J.A. was telling us that there’s a heavy focus on suspense in this film. There was a little bit of that in the first Jurassic World, but it was more focused on the spectacle of the new park and the disaster movie aspect of things going wrong. Hearing that this one was going rely more on suspense did that make you more excited to do this? I can imagine the worst thing for you to do is read the script and think “We just did this.”

Chris Pratt: It was really exciting to understand we were doing something really different. I was thrilled when I got the script. I think people have high expectations for sequels. I think with this one those expectations will be met, if not surpassed. It does something different. It opens up a new chapter. It’s called Fallen Kingdom. The Kingdom of this movie is people stuck on an island with dinosaurs freaking out and killing everyone. That is falling and we’re moving onto something else.

The first one was a disaster film. Shifting the tone over to suspense is really nice because I think with suspense you can do a lot with very little. You don’t see Jaws for a good two thirds of the movie. You know he’s there, there’s music, you see the evidence of it… Not to say we’re doing exactly that. I don’t think that necessarily works as much anymore. I was just watching Jaws the other day with my son and he’s like “Where’s the shark?”

And you’re like “Disowned!”

Chris Pratt: Yeah, disowned! Get the fuck outta here! He’s four and during the third act battle I was like “I’ll show you the shark, get in here!” He was like “Aaaaaaaaahhh” and I was like [sternly] “You’ll sit and watch! You earn this!”

What’s it like working opposite Jeff Goldblum?

Chris Pratt: Man, he’s amazing. A huge part of the success of Jurassic World was the success of Jurassic Park. It all started in ’93 with them and with him. I know that we had the blessing of Steven Spielberg and Universal and fans, but it’s nice that he signs up to do this movie because in a way it’s giving it his blessing. That was really cool. He’s a terrific actor and maybe the kindest actor out there. He’s really cool and smart and funny and interesting. It’s really awesome to have him in this movie.

He has such a unique rhythm in how he plays things. He’s different from everybody else. I feel like if I was in a scene with him I’d just become the kid that saw Jurassic Park and I’d be watching him instead of being in the scene.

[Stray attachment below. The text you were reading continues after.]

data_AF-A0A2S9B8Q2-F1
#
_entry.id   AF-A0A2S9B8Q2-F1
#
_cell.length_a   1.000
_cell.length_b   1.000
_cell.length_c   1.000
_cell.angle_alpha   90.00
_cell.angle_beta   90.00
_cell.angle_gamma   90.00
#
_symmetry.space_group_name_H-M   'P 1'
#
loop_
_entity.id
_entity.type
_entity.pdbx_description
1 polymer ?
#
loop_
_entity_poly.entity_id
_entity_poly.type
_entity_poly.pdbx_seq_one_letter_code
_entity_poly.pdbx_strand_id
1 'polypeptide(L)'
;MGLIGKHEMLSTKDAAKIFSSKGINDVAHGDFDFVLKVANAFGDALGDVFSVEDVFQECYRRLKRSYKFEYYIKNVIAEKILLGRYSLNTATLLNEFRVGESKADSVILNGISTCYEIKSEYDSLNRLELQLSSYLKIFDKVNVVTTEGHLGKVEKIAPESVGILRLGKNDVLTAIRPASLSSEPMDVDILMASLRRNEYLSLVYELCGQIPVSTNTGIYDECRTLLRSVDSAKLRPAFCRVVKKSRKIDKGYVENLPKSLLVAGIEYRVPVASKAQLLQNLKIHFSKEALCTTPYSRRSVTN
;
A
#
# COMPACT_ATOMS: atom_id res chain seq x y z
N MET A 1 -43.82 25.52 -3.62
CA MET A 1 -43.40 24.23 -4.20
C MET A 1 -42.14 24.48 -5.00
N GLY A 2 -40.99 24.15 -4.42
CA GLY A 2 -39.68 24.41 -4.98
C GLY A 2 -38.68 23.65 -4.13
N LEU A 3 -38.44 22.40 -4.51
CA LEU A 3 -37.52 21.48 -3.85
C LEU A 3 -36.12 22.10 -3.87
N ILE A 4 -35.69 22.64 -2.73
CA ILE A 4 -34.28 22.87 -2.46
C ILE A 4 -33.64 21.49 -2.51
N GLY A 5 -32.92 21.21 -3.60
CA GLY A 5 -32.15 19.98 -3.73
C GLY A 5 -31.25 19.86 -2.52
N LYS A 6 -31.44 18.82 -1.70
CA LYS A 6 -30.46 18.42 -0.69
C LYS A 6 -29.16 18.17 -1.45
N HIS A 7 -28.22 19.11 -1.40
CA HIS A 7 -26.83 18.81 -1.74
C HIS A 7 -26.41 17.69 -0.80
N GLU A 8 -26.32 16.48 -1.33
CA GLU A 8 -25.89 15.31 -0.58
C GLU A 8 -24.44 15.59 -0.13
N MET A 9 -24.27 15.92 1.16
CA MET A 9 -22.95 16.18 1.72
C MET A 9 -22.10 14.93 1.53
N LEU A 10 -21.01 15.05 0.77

Chris Pratt: I feel like if I answer that I’ll be giving away too much, but you do have to get it out of the way when you work with someone like Jeff Goldblum or I just did Guardians with Kurt Russell… You work with these people who are icons… It’s a two step process. First, you have to be authentic and let them know just how crazy about them that you are. You make that really short and brief. You get that out of the way so you’re not a liar or the guy that doesn’t acknowledge them. You pay your respects.

After that you immediately move to step B which is you become a peer and a collaborator or else you lose their respect. If every time you see them you go “Dude, this is so crazy!” you might not be the right guy for this job. Even when you’re feeling that the third, fourth, fifth, sixth day you work together you kind of have to bury that and get right to the work.

It’s a strange thing being famous. I’m certainly not an icon like a Kurt Russell or a Jeff Goldblum. They are icons and maybe one day I will be, but if their journey is similar at all to mine you don’t really feel that way about yourself, so if people feel that way about you it’s kind of an uncomfortable situation that you politely and patiently wait for to be over so you can get back to being normal again. So you get through that stuff. You go “Oh my God, I love you! I can’t believe we’re working together!” and then you get to work.

All the great Michael Crichton stories had a little something on their mind. They weren’t just adventure plots. They always had some kind of commentary. What do you think is on this movie’s mind?

Chris Pratt: [Pauses] It feels relevant to now and I think part of that has to do with technology, which is not necessarily something that doesn’t serve the greater good, but is valuable. Maybe we put aside moral dilemmas because you can make money. It has a little to do with greed. That’s a theme that resonated in the first movie as well and continues to resonate in this series. It’s a cautionary tale against greed and over-ambition and a lack of respect for the natural order and confidence in our ability to control that which we can’t control.

Which is Dr. Malcolm’s stance in that first movie, so it makes sense that he’s back in play here.

Chris Pratt: Yeah, that’s right.

Who are the real monsters: the humans or the dinosaurs?

Chris Pratt: That’s a good question! [laughs]

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